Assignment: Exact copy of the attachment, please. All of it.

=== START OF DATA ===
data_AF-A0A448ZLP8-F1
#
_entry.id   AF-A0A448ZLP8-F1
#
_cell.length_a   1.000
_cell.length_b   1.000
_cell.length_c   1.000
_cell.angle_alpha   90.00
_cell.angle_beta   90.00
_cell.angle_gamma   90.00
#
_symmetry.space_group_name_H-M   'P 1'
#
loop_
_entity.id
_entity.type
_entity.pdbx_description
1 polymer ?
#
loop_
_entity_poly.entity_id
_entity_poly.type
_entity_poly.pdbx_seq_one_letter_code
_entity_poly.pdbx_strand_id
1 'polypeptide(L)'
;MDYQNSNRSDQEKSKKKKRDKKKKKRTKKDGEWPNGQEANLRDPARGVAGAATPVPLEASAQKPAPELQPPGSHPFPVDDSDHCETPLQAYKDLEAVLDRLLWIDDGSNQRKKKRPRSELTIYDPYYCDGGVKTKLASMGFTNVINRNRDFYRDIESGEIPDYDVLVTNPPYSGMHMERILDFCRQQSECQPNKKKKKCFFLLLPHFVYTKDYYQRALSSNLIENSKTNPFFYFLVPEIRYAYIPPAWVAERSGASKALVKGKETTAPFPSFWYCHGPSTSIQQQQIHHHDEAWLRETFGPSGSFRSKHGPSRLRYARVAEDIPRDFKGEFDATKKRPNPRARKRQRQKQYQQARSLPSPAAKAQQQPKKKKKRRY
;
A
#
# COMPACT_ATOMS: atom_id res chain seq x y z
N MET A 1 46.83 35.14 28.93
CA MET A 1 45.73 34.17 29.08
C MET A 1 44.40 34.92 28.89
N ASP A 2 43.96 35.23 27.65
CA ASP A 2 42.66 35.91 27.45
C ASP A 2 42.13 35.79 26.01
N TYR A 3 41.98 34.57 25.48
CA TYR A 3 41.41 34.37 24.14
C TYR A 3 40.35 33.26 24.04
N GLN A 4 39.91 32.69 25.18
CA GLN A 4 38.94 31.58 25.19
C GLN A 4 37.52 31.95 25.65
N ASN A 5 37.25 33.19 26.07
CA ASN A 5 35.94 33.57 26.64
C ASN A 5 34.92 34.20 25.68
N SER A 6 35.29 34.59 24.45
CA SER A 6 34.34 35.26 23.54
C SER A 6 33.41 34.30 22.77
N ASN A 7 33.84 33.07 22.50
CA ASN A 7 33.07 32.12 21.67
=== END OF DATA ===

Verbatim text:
data_AF-A0A448ZLP8-F1
#
_entry.id   AF-A0A448ZLP8-F1
#
_cell.length_a   1.000
_cell.length_b   1.000
_cell.length_c   1.000
_cell.angle_alpha   90.00
_cell.angle_beta   90.00
_cell.angle_gamma   90.00
#
_symmetry.space_group_name_H-M   'P 1'
#
loop_
_entity.id
_entity.type
_entity.pdbx_description
1 polymer ?
#
loop_
_entity_poly.entity_id
_entity_poly.type
_entity_poly.pdbx_seq_one_letter_code
_entity_poly.pdbx_strand_id
1 'polypeptide(L)'
;MDYQNSNRSDQEKSKKKKRDKKKKKRTKKDGEWPNGQEANLRDPARGVAGAATPVPLEASAQKPAPELQPPGSHPFPVDDSDHCETPLQAYKDLEAVLDRLLWIDDGSNQRKKKRPRSELTIYDPYYCDGGVKTKLASMGFTNVINRNRDFYRDIESGEIPDYDVLVTNPPYSGMHMERILDFCRQQSECQPNKKKKKCFFLLLPHFVYTKDYYQRALSSNLIENSKTNPFFYFLVPEIRYAYIPPAWVAERSGASKALVKGKETTAPFPSFWYCHGPSTSIQQQQIHHHDEAWLRETFGPSGSFRSKHGPSRLRYARVAEDIPRDFKGEFDATKKRPNPRARKRQRQKQYQQARSLPSPAAKAQQQPKKKKKRRY
;
A
#
# COMPACT_ATOMS: atom_id res chain seq x y z
N MET A 1 46.83 35.14 28.93
CA MET A 1 45.73 34.17 29.08
C MET A 1 44.40 34.92 28.89
N ASP A 2 43.96 35.23 27.65
CA ASP A 2 42.66 35.91 27.45
C ASP A 2 42.13 35.79 26.01
N TYR A 3 41.98 34.57 25.48
CA TYR A 3 41.41 34.37 24.14
C TYR A 3 40.35 33.26 24.04
N GLN A 4 39.91 32.69 25.18
CA GLN A 4 38.94 31.58 25.19
C GLN A 4 37.52 31.95 25.65
N ASN A 5 37.25 33.19 26.07
CA ASN A 5 35.94 33.57 26.64
C ASN A 5 34.92 34.20 25.68
N SER A 6 35.29 34.59 24.45
CA SER A 6 34.34 35.26 23.54
C SER A 6 33.41 34.30 22.77
N ASN A 7 33.84 33.07 22.50
CA ASN A 7 33.07 32.12 21.67